But, when the studio does produce typefaces, it’s sure to be in their trademark playful style. Recently, the studio created the lettering for photographer and director Charlotte Abramow’s latest exhibition. Focussing on an “organic” style, the letters have a wobbly, morphic quality, bending to each other’s form and varying in degrees of abstraction. This, Nolwenn explains, “evokes the notion of morphological variations, which is very present in Charlotte’s work”.
One thing that unifies Chloé and Nolwenn is their early attraction to graphic design and its surrounding fields. Chloé tells us that from the age of 16 she knew that she wanted to be in the field of applied arts. But, it was only after her first year of preparatory class – a scheme in France whereby students are introduced to the basics of fashion, textiles and graphics among other arts – that Chloé landed upon the design discipline. Nolwenn also attests to having an unconscious attraction to graphic design, “I remember in primary school having fun copying, recomposing and illustrating the lyrics inside my parents’ CD booklets”. And, this love of graphic letters further expanded when, in technology classes, Nolwenn came across Microsoft word software and became enamoured with its infamous array of fonts. Similarly to Chloé it was through her preparatory classes that Nolwenn gravitated toward the graphic side of things. Both doing stints at various internships and freelance positions, Fakepaper was created by Chloé in 2011, with Nolwenn joining at the beginning of 2018.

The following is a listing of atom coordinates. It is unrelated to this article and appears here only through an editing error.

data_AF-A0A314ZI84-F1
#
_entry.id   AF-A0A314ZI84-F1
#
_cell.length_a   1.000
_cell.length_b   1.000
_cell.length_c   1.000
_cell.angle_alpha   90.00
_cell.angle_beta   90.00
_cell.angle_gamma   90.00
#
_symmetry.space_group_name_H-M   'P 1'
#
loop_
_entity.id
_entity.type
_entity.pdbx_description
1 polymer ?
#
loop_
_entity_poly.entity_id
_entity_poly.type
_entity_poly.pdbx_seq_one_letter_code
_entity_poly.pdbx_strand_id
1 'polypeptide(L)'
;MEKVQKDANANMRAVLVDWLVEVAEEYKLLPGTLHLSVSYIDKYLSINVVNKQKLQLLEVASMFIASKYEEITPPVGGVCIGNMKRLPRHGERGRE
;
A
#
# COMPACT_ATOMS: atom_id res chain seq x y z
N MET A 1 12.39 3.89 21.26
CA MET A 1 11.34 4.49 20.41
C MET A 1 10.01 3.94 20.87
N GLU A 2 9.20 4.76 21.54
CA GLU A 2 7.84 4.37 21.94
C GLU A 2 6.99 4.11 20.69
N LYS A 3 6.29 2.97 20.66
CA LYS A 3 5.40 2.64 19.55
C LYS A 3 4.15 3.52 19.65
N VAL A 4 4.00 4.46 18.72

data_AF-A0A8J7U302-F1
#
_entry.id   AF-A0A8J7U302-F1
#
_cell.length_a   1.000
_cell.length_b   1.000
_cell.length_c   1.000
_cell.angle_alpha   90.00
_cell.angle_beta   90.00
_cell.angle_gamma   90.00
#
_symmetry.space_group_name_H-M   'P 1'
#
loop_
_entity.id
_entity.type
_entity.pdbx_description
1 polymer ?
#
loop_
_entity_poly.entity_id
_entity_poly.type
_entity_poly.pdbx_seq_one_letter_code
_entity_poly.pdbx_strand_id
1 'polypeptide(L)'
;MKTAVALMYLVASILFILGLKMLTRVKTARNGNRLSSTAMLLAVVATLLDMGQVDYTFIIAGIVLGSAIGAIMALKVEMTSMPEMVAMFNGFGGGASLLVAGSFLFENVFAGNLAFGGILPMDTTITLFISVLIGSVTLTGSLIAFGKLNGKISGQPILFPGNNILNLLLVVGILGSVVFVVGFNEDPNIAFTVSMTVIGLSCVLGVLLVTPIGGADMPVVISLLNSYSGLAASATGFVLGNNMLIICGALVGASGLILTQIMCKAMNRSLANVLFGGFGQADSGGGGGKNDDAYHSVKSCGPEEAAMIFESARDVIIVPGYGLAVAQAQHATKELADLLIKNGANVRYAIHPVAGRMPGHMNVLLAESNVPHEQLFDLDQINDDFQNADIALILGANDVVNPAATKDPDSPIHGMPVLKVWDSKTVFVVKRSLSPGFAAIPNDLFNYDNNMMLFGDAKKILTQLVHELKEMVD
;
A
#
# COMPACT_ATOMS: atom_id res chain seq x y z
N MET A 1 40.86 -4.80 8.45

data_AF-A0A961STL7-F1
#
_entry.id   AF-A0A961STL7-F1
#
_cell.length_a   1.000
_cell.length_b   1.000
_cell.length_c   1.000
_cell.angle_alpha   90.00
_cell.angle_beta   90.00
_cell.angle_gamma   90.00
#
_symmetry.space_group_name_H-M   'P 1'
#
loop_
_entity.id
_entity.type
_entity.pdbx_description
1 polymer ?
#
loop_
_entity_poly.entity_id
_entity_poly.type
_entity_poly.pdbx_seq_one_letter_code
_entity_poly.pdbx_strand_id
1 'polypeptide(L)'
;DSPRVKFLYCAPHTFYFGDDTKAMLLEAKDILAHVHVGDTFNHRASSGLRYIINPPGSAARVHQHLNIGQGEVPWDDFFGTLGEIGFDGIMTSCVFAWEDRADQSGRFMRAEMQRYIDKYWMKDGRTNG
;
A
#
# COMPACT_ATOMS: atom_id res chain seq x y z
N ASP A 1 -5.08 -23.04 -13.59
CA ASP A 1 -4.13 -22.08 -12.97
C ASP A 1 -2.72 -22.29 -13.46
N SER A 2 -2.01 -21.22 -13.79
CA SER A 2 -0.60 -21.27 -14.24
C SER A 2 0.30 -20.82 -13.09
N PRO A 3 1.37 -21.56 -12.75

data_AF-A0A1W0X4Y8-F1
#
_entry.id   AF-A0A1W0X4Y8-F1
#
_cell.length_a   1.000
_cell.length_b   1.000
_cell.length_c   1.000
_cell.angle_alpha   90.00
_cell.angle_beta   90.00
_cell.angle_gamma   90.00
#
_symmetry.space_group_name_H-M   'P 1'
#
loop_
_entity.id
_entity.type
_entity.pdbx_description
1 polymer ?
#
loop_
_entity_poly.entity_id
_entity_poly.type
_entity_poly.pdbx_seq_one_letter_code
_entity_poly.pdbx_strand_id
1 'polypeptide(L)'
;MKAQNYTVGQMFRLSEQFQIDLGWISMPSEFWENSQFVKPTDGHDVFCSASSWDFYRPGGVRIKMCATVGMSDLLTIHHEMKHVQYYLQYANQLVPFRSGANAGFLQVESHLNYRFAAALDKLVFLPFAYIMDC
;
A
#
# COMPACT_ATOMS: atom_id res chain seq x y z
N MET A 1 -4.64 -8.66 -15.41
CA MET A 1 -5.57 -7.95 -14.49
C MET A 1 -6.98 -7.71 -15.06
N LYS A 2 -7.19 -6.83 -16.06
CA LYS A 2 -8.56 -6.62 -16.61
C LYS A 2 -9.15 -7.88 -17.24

Whilst both Chloé and Nolwenn may have had their sights set on graphic design from a young age, they’re also keen to let other creative outlets feed into their work. Currently, Chloé is trying her hand at ceramics, attempting to do lettering in clay and being obsessed with the “incredible” effects of glaze. Nolwenn, on the other hand, has begun looking into stone engraving, and “who knows”, Chloé concludes, “maybe that’s something that will find its way one way or another into our work…”.